Andy Shaw asks Andrew Doyle, the co-writer of Jonathan Pie, some searching questions on satire and comedy.
Andy: Marcus Brigstocke was shocked that people walked out of his shows when he lampooned Brexit voters. He isn’t the only comedian who has felt out of touch with people when touring outside the London comedy circuit. What do you think is going on?
Andrew: There’s a clear consensus among comedians regarding Brexit. Very few have had the guts to admit to voting Leave. I’ve seen for myself on social media the hostility of some comics against Leave voters. On this particular issue, many comics apparently lost their sense of humour. I think it’s partly because most comedians are from London, tend to be middle-class, and surround themselves with like-minded people. So when a majority of voters take a view that doesn’t chime with their own worldview it causes distress. I’ve heard innumerable jokes about Leave voters, and they all tend to be based on the lazy (and inaccurate) assumption that they are all racists. Very few are, which means that the jokes don’t really work. So when a comic performs outside of London, should he or she really be all that surprised that calling his audience a bunch of racists isn’t going to go down particularly well?
Andy: Good comedy can make you laugh at yourself and think about things differently. Why do many of the current comedy shows seem lazy and predictable?
Andrew: As comics, we’re essentially narcissistic creatures. We’re desperate to be liked. So I suppose many of us simply adopt the ideas that we think will go down well with the crowds. With Brexit, that can be a misjudgement, because it’s such a divisive issue. For my part, I get so bored hearing comics just reiterate what I already think. I’d rather be challenged.
Andy: In the bad old days, comedians used to characterise Irish people as stupid and make racist jokes. Nowadays comedians characterise Glaswegians as unhealthy, Scoucers as thieves and Brexit voters as stupid and racist. How did this become acceptable?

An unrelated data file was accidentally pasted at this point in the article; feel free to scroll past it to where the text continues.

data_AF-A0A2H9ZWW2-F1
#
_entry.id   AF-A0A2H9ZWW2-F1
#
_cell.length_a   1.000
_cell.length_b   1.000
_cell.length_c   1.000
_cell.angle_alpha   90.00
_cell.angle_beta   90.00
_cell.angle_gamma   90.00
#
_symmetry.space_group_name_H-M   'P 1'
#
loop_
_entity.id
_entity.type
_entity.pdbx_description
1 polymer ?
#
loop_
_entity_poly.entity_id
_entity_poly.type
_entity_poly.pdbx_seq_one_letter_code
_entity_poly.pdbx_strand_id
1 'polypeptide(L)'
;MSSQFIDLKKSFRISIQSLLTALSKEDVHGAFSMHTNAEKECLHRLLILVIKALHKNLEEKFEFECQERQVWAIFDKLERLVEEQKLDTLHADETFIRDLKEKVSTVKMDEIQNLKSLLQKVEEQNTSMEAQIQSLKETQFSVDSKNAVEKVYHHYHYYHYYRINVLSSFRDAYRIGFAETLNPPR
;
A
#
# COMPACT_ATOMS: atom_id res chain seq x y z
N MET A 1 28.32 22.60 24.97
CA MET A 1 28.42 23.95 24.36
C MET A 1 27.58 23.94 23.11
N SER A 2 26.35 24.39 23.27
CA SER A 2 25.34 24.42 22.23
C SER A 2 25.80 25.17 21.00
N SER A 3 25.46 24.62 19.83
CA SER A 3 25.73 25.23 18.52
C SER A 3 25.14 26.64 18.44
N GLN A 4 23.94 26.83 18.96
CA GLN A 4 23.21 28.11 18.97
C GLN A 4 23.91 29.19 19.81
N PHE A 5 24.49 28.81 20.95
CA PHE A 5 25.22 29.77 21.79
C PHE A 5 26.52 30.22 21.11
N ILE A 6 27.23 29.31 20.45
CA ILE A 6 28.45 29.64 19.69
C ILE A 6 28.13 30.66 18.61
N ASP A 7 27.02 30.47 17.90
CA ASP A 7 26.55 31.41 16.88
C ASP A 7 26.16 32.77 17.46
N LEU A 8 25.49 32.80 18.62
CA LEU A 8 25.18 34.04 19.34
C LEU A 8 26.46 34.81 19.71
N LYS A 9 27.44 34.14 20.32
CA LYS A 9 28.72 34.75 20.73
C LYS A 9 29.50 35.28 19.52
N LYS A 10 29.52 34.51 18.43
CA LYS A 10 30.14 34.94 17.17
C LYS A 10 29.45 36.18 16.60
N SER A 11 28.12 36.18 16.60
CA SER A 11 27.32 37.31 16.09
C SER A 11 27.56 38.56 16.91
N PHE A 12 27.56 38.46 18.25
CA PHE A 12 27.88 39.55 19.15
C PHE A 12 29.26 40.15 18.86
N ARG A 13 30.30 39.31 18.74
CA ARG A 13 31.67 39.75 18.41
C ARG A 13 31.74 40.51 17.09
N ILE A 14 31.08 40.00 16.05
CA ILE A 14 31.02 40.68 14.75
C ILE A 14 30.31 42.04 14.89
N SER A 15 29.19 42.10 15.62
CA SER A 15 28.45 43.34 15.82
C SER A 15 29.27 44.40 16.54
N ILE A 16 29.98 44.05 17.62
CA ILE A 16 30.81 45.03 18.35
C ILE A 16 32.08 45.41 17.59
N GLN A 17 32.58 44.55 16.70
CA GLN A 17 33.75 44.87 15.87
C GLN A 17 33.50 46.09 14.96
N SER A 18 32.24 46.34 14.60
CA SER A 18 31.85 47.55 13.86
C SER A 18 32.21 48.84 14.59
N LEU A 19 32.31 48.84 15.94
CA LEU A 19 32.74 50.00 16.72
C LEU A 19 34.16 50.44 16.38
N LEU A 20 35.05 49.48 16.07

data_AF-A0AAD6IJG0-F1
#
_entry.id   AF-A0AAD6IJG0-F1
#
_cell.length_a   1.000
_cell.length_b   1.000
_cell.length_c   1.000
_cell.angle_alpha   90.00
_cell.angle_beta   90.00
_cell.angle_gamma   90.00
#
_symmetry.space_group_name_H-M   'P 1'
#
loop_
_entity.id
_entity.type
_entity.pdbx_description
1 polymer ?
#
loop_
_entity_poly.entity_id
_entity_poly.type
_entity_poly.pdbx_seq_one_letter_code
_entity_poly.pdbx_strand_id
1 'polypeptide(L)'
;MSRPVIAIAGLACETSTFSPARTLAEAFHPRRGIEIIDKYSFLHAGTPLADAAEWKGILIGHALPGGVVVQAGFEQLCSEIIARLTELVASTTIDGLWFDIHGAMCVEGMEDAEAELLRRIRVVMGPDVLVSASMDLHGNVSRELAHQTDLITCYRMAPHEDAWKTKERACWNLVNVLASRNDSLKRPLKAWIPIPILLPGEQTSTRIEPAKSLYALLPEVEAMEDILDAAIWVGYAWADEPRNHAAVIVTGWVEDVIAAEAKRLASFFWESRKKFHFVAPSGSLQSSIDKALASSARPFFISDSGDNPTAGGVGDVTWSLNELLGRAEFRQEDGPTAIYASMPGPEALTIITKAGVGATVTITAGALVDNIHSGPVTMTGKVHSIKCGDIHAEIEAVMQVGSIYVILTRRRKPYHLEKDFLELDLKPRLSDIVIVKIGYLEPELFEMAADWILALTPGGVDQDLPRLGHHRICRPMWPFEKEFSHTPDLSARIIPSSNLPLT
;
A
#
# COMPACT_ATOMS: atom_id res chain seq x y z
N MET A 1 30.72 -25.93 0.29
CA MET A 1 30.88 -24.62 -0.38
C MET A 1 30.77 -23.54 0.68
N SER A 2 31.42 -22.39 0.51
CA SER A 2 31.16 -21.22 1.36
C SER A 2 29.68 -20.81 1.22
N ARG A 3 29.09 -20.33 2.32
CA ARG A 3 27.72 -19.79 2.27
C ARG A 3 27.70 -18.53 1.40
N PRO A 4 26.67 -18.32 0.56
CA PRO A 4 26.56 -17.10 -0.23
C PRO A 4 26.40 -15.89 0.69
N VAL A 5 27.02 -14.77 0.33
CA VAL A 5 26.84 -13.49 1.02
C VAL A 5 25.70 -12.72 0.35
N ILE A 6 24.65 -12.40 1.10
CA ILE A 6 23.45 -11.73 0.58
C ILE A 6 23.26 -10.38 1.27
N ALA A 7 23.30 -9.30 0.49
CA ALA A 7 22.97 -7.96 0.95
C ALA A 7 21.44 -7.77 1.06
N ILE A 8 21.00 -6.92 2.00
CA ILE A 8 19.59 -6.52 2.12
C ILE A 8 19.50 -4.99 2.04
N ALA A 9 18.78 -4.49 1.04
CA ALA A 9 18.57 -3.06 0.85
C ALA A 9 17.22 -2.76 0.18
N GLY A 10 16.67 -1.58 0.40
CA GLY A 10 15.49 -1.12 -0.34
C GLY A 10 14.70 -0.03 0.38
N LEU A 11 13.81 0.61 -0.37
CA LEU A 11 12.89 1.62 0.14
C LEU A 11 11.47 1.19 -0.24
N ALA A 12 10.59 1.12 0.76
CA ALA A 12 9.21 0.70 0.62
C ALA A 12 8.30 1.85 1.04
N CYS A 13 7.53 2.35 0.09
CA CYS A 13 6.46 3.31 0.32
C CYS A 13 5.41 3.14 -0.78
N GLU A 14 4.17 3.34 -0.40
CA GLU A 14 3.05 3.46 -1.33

Andrew: Well, leaving aside the fact that all Scousers ARE thieves, I’d say it’s got something to do with selective prejudice. The more vocal elements of the liberal-left seemingly get to decide who qualifies as an acceptable target for satire. They have too much clout, in my view. If you’re told that a certain topic is off-limits for humour, it’s probably worth writing a few jokes about it.
Andy: The world is full of people to lampoon and ideas to satirise, but the jokes seem to fit within an echo chamber .. The ‘Daily Mail’ is used as a by-word for small-mindeness and we hear endless jokes about Donald trump. Is humour now used to create a comfort blanket, rather than make you question your assumptions?
Andrew: I understand why people don’t want to have their worldview challenged. In Psychology, it’s called the “cognitive miser theory”. Human beings are naturally lazy thinkers. We are instinctively drawn towards interpretations of reality that accord with our preconceived ideas. It’s just a whole lot easier not to have your ideas tested. That’s why is especially important that we make an effort to hear views that we may not like.
Andy: If Spitting Image was back on screen, which characters would you include?
Andrew: Yanis Varoufakis. I think the idea of a sexy rock n’ roll economist is hilarious.
Andy: Who do you think is the funniest public figure and why?
Andrew: Diane Abbott. I loved her comparison of her afro haircut with IRA sympathies. I think she’s a misunderstood comic genius.
Andy: Tell us a good joke
Andrew: Never on demand.
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© Andy Shaw, 8th June 2017